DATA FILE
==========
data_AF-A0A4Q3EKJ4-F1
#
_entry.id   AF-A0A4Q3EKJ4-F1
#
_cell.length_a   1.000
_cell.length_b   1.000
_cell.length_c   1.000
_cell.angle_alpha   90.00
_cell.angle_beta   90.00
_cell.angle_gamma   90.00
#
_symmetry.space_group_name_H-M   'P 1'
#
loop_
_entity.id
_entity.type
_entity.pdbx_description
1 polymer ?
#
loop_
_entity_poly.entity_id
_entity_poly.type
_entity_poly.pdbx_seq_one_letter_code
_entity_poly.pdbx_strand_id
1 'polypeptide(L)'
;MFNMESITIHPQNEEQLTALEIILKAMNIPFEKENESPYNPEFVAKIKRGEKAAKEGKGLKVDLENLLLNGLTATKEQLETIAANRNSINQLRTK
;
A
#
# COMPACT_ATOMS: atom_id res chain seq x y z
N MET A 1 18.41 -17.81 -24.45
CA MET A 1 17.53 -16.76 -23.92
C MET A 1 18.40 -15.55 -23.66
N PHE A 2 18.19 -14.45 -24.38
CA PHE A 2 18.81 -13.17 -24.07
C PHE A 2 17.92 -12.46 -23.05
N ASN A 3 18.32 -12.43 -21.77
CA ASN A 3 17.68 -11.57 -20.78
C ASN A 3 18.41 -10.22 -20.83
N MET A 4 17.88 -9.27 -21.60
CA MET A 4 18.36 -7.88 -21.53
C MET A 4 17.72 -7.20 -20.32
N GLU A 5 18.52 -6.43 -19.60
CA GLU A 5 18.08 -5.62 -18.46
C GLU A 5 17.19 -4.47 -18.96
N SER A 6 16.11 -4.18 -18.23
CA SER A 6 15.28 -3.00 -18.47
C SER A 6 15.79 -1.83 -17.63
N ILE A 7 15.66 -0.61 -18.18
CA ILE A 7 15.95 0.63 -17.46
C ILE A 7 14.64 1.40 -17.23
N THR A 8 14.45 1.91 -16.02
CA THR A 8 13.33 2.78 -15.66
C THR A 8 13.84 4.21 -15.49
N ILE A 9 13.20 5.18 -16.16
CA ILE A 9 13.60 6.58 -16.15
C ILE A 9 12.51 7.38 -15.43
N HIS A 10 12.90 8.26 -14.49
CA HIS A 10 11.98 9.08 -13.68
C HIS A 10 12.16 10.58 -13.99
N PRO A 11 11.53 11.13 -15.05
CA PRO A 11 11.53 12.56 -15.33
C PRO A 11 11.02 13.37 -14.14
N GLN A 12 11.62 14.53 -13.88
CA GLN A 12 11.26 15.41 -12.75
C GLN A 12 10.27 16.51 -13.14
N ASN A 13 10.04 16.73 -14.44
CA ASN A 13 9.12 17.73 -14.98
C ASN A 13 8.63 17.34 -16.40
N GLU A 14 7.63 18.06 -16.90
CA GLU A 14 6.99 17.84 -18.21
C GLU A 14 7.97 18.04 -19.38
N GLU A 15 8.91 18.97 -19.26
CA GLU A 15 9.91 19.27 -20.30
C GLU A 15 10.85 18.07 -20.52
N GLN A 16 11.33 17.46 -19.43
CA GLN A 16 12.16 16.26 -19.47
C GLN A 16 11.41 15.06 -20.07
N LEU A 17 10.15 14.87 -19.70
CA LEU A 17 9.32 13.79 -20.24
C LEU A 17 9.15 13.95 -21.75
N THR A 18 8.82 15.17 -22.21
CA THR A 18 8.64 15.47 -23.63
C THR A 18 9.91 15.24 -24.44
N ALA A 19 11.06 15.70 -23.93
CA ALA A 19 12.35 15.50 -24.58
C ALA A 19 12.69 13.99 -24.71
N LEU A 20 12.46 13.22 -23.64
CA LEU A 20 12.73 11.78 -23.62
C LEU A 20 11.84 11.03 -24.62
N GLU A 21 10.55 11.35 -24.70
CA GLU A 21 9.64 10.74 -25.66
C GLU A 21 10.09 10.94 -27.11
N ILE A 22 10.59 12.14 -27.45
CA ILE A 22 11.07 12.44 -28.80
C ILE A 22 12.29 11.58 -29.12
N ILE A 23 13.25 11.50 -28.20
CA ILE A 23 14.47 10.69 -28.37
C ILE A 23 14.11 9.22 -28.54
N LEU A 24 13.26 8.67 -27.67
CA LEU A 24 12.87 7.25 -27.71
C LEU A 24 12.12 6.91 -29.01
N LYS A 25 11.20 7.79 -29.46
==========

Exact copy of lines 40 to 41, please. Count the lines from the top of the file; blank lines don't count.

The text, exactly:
N MET A 4 17.88 -9.27 -21.60
CA MET A 4 18.36 -7.88 -21.53